• Godless | The U.S. Mint ought find a way to incorporate "In God We Trust" into the new presidential $1 coins in a way that can be seen (Editorial, The Courier, Findlay, Oh.)

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  • Ban on Bible distribution upheld | Law group representing school district says practice is constitutionally sound (Associated Press)

  • IFES World Assembly welcomes new leader | At its 2007 World Assembly in Ontario, Canada, the International Fellowship of Evangelical Students (IFES) appointed Dr Daniel Bourdanne of Chad as General Secretary (Mission Network News)

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Canada religious schools:

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Life ethics:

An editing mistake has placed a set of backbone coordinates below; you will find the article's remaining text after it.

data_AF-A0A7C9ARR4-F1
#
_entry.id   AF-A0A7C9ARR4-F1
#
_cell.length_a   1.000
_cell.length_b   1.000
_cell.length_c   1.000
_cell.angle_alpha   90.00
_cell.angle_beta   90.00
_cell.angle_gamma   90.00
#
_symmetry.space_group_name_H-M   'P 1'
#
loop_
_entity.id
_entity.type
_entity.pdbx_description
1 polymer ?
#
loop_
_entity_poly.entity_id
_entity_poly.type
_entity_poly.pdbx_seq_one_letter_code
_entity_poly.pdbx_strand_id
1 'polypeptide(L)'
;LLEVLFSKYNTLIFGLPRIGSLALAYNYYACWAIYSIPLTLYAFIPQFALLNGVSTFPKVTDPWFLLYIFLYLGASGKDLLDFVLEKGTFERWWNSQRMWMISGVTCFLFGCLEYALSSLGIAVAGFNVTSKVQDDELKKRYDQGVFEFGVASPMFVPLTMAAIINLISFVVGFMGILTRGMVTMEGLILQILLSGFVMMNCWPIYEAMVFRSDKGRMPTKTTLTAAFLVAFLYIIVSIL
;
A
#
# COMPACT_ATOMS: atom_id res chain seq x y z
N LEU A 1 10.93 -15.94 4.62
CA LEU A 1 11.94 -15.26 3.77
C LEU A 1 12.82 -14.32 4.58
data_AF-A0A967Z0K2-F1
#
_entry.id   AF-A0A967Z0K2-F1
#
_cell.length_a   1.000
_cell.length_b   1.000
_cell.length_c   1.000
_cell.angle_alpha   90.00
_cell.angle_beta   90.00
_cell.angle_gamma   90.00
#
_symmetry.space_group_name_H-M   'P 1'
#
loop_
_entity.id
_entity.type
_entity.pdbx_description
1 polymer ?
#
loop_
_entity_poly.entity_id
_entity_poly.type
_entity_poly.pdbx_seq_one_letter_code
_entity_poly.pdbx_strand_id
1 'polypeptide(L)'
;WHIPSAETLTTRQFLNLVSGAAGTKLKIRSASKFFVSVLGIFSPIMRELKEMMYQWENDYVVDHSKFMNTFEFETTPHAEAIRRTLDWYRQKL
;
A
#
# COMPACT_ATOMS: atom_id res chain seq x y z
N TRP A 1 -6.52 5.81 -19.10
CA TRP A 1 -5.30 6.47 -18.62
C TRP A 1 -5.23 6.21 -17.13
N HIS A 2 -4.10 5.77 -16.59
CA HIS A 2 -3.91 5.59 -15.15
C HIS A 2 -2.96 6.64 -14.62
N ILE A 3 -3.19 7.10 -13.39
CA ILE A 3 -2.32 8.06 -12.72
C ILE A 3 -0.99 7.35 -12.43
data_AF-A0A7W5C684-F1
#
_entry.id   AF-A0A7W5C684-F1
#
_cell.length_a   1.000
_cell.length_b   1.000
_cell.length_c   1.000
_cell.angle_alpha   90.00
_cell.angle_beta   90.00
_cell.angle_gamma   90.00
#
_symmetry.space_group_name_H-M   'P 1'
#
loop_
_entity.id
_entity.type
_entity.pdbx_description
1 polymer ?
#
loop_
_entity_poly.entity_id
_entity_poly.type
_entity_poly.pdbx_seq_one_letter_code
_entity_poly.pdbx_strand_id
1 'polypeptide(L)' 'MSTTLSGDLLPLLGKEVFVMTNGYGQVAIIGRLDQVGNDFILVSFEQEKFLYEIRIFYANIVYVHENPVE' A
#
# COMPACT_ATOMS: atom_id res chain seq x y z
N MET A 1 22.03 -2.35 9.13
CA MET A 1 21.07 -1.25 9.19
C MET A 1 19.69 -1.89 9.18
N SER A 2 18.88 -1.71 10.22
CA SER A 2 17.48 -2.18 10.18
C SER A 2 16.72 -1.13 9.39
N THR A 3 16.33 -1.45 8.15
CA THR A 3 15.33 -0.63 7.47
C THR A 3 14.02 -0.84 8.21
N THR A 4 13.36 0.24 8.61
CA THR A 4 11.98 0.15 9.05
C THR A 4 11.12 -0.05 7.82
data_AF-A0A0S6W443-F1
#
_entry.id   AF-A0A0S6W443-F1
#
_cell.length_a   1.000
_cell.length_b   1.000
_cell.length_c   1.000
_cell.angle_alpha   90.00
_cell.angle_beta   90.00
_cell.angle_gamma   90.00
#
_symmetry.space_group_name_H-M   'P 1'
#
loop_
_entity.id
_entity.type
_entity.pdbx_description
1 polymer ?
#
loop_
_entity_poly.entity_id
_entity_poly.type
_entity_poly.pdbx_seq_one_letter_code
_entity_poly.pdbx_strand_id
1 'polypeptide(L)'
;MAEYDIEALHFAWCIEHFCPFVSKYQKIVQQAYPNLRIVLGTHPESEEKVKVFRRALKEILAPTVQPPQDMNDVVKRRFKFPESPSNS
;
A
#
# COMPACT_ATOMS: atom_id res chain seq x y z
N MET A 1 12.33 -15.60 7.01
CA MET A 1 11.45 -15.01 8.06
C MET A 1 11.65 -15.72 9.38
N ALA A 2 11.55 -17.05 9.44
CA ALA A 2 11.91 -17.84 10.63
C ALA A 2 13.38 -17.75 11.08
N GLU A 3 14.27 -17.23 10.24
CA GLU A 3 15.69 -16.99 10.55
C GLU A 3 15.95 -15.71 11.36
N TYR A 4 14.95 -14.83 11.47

• Sales soar for morning-after pill | In the year since it was approved for over-the-counter sales, the morning-after pill has become a huge commercial success for its manufacturer, but its popularity and solid safety record haven't deterred critics from seeking to overturn the milestone ruling (Associated Press)

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Armenian genocide:

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Right to conversion:

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Missions & ministry:

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Church life:

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African church life:

  • Fake ex-prison inmate swindles church through false testimony | Those who indulge in fraudulent acts seem to have gone high-tech as a fake ex-prison inmate cunningly got financial help from the congregation of a pentecostal church where he went to give 'testimony' on his prison experience (Nigerian Tribune)